Primary Care Trusts (PCTs) should be liaising with local authorities regarding the transfer of these services. PCTs should notify local authorities of all public health LESs due to expire prior to March 2013.
Section A (the particulars) of the standard contact also includes an entire contract clause. It is likely that some of the existing public health contracts, currently operated by PCTs, will transfer to the relevant local authority under a Transfer Scheme. Clause A6 makes it clear that the public health contract constitutes the entire agreement between the parties in relation to the services being commissioned.
However, it recognises that similar services may have transferred to a local authority by virtue of a Transfer Scheme and therefore recognises that the public health contract will not be the definitive contract as it is likely that these commissioned services will continue with their present NHS contracts unless and until the services are provided under the public health contract.
What should GP practices and LMCs do now?
The public health services contract was developed by the Department of Health, local government and public health professionals specifically for commissioning public health services.
However there may be additions to the contract or sections that need to be removed due to local circumstances. GP practices and LMCs should therefore seek legal advice on the content of contracts before they are signed, especially around any warranties or indemnities requested by the local authority.
The level of detail within the template service specification of the contract should be agreed locally and be proportionate to the value of the contract and size of the service being commissioned.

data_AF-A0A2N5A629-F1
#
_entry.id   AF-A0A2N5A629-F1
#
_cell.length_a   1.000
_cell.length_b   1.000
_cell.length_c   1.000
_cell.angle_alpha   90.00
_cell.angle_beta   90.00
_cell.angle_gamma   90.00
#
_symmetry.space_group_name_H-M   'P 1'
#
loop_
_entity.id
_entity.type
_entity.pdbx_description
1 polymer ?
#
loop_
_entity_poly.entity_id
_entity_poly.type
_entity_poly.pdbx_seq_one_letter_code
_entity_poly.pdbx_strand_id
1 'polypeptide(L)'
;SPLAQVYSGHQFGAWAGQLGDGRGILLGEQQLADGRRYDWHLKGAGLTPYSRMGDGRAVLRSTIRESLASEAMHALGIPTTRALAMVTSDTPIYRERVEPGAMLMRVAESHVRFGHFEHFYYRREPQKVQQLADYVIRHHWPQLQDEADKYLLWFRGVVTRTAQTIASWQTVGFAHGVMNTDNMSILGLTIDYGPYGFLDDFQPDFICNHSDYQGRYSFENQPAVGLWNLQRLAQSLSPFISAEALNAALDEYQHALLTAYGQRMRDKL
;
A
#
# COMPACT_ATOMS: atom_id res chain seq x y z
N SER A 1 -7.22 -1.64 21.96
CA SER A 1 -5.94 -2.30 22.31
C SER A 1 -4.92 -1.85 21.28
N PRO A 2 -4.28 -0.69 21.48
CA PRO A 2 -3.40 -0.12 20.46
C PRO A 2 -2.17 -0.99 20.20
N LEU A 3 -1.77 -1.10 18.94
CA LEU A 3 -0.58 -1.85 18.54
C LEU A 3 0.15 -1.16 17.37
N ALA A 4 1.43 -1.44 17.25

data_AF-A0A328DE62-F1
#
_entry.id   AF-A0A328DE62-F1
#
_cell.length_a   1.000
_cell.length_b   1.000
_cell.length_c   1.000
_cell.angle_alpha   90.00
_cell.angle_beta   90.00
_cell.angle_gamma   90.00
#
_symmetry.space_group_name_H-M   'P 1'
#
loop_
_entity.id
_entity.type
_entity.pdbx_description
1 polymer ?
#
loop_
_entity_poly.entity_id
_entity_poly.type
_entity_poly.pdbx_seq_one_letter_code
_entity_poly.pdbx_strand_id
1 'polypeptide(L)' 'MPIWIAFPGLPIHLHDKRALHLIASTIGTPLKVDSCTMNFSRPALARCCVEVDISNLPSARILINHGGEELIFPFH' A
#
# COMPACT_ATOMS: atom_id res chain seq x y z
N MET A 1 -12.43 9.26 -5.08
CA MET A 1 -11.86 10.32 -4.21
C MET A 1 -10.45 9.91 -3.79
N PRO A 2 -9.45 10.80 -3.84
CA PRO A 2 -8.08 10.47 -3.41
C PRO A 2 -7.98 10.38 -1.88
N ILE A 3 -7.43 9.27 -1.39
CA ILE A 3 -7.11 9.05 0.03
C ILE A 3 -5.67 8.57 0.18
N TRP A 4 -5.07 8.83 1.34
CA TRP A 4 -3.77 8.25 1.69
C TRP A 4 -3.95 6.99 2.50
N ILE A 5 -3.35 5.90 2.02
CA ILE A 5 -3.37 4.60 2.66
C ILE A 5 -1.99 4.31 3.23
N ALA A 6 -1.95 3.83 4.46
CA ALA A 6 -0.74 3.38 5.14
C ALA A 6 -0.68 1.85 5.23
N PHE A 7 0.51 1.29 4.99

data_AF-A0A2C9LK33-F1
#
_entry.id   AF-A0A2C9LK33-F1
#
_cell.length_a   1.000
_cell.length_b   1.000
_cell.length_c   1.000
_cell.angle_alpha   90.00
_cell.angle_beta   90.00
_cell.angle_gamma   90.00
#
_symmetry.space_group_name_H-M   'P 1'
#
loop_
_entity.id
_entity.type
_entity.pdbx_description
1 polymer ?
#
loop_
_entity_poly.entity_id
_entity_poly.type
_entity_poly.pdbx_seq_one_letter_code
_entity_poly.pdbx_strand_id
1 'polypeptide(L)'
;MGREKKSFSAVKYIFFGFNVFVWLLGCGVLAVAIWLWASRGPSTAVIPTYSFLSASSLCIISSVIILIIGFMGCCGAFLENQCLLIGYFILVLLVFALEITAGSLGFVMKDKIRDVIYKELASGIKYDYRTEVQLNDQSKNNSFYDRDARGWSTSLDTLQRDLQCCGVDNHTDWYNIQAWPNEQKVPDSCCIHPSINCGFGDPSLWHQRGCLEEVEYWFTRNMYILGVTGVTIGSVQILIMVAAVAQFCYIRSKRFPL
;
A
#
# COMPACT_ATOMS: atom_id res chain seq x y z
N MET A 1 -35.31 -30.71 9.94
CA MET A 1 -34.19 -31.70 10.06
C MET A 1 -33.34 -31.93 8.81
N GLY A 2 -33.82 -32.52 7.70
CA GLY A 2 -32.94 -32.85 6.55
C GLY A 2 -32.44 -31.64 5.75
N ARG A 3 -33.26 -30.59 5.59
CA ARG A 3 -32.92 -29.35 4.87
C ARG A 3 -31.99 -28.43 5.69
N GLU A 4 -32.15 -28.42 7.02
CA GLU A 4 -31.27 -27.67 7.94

By way of example, the following optional clauses (which are set out in Section C of the public health services contract) may need to be negotiated and agreed on a case by case basis:
- Extending the Duration of the Contract
- Limitation of Liability (alternative clause)
- Insurance (alternative clause)
- Contract Binding on Successors
- Data Protection (alternative clause)
- Human Rights
- Scrutiny Board
- Health and Safety
- Disclosure and Barring Service
- Branding Policy
- Conflicts of Interest
- Intellectual Property
- Change In Control
Are there any clauses of the standard contract which I should be negotiating or asking to be removed?
Yes. For ease of reference, we have split out the contract into the sections as they appear in the document. All clause and paragraph references are to those set out in the standard template.
Section A – The Particulars
This is on very standard terms, so no amendments are required to this section.
Section B – General Terms and Conditions
Clause B8.9 – we would recommend the removal of the wording 'or any other agreement between the Parties' as this might have the undesired effect of affecting payments under core contracts.